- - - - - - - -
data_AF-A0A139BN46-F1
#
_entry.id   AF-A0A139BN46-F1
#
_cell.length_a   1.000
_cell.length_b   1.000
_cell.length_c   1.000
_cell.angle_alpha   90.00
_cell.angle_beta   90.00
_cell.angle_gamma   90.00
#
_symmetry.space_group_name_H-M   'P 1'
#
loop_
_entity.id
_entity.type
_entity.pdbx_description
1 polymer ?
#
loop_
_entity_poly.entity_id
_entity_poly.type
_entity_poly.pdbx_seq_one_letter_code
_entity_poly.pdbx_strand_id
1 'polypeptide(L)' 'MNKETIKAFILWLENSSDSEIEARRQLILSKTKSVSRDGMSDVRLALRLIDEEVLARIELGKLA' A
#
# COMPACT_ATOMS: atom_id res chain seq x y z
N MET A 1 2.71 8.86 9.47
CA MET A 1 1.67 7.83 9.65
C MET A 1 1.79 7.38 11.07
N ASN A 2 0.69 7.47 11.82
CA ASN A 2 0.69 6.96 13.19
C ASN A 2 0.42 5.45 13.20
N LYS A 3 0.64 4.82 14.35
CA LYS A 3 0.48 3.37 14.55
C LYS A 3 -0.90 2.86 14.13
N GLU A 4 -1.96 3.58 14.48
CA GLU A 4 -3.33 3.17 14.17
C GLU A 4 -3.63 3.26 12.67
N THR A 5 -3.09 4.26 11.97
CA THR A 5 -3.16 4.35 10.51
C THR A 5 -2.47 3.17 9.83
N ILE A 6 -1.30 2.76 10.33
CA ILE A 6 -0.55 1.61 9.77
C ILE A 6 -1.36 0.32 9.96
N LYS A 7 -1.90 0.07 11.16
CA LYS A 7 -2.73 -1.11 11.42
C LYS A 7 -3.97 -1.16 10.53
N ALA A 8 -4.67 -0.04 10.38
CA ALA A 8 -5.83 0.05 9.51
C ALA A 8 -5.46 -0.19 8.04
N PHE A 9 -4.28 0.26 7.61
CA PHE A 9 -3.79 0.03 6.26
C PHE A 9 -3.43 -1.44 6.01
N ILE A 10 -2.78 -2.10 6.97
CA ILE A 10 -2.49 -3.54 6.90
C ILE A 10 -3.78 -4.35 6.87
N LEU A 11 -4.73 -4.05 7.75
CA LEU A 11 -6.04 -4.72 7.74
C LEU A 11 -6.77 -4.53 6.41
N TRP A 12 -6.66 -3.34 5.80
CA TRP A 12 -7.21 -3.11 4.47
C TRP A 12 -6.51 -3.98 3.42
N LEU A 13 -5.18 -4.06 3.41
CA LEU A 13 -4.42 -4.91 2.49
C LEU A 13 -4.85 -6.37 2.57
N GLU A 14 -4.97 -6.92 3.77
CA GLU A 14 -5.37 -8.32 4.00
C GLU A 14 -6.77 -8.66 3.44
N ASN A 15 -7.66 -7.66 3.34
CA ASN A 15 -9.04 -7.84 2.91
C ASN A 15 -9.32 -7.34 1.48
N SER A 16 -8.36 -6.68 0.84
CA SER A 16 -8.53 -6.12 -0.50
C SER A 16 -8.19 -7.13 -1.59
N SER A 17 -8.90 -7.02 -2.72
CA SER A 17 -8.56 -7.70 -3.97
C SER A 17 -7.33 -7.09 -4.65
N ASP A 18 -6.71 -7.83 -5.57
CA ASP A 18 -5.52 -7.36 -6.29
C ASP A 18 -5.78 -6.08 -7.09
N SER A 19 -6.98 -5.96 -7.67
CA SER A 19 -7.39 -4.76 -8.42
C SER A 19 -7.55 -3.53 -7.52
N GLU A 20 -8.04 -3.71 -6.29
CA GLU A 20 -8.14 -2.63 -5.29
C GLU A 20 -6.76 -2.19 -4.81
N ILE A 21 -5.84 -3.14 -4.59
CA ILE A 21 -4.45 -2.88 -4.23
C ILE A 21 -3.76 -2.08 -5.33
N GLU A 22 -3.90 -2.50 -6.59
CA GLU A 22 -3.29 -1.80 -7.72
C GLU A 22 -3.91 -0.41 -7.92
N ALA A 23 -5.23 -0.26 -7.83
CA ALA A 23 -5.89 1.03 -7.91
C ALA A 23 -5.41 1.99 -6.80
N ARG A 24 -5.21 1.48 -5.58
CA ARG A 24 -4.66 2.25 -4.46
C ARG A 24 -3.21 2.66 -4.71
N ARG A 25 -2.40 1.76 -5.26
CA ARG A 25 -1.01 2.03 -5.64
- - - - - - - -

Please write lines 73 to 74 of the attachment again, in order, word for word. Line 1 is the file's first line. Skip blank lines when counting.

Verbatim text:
N SER A 16 -8.36 -6.68 0.84
CA SER A 16 -8.53 -6.12 -0.50